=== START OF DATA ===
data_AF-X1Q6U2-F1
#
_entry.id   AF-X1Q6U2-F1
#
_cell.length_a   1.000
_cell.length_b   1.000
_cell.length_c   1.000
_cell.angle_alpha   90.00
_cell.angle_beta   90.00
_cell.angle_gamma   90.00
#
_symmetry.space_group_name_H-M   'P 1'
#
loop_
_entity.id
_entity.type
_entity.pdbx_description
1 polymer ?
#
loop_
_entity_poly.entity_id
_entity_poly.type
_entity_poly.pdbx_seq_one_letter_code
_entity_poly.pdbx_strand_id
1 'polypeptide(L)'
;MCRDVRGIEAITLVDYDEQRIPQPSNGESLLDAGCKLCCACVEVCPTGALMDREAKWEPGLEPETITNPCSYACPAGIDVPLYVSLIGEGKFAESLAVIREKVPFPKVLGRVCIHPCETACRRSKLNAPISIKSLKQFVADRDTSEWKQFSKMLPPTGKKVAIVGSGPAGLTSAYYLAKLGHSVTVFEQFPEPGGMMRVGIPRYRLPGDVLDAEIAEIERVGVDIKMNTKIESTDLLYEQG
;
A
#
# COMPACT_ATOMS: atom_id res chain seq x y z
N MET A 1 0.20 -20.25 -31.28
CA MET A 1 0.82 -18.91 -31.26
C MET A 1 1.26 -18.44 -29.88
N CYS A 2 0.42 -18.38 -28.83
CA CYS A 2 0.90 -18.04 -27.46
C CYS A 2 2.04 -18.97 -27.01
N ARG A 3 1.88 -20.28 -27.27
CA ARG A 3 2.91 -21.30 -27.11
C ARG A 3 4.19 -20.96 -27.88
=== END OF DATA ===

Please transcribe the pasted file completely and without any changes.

data_AF-X1Q6U2-F1
#
_entry.id   AF-X1Q6U2-F1
#
_cell.length_a   1.000
_cell.length_b   1.000
_cell.length_c   1.000
_cell.angle_alpha   90.00
_cell.angle_beta   90.00
_cell.angle_gamma   90.00
#
_symmetry.space_group_name_H-M   'P 1'
#
loop_
_entity.id
_entity.type
_entity.pdbx_description
1 polymer ?
#
loop_
_entity_poly.entity_id
_entity_poly.type
_entity_poly.pdbx_seq_one_letter_code
_entity_poly.pdbx_strand_id
1 'polypeptide(L)'
;MCRDVRGIEAITLVDYDEQRIPQPSNGESLLDAGCKLCCACVEVCPTGALMDREAKWEPGLEPETITNPCSYACPAGIDVPLYVSLIGEGKFAESLAVIREKVPFPKVLGRVCIHPCETACRRSKLNAPISIKSLKQFVADRDTSEWKQFSKMLPPTGKKVAIVGSGPAGLTSAYYLAKLGHSVTVFEQFPEPGGMMRVGIPRYRLPGDVLDAEIAEIERVGVDIKMNTKIESTDLLYEQG
;
A
#
# COMPACT_ATOMS: atom_id res chain seq x y z
N MET A 1 0.20 -20.25 -31.28
CA MET A 1 0.82 -18.91 -31.26
C MET A 1 1.26 -18.44 -29.88
N CYS A 2 0.42 -18.38 -28.83
CA CYS A 2 0.90 -18.04 -27.46
C CYS A 2 2.04 -18.97 -27.01
N ARG A 3 1.88 -20.28 -27.27
CA ARG A 3 2.91 -21.30 -27.11
C ARG A 3 4.19 -20.96 -27.88